Consider a world-class distance athlete, such as an Olympic marathon runner or an Ironman triathlete. Such athletes have a rugged external beauty, a form-fits-function appearance. They are lean. They have extremely well-toned and well-defined—but usually not bulky—muscles. During their competitions, they show a determined face, and they bear the pain of the long event with grace. We can measure their effectiveness, efficiency, and elegance by their final times, their race standings, and their sportsmanlike behavior—win or lose.
A good test team also displays an external beauty, similar to a long-distance athlete. After all, testing is much more like a marathon than like a sprint!
Suppose that, by working with your testing stakeholders, you identify a number of objectives for testing. One includes a typical objective, that of finding bugs, especially important bugs. How might you determine your externally visible effectiveness and efficiency for this objective? Consider the following questions:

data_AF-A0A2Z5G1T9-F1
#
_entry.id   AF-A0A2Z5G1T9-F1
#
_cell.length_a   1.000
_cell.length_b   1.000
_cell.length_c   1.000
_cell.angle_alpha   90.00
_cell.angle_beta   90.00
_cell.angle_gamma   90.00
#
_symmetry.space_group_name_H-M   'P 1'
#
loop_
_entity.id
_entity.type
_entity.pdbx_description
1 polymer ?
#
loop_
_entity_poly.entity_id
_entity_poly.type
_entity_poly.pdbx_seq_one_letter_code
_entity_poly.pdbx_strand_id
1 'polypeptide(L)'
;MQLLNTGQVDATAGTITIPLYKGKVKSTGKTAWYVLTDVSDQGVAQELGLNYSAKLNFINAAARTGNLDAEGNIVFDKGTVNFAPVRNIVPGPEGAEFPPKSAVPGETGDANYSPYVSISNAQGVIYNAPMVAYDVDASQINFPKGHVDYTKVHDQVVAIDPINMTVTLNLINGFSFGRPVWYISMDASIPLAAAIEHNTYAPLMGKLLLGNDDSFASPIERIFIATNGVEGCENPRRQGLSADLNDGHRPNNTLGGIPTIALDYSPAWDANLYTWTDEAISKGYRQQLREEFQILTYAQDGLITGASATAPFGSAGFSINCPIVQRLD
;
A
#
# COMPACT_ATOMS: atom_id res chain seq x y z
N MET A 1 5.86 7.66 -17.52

What percentage of the bugs delivered to us do we find?
Do we find a higher percentage of the important bugs?
What is our cost per bug found and fixed during testing compared to the cost of a failure in production?
For each of these questions, devise a metric. Start with the percentage of bugs that you find. You can measure this with the defect detection percentage (DDP), shown in Equation 2-1. If your testing is the last quality assurance activity prior to user acceptance ...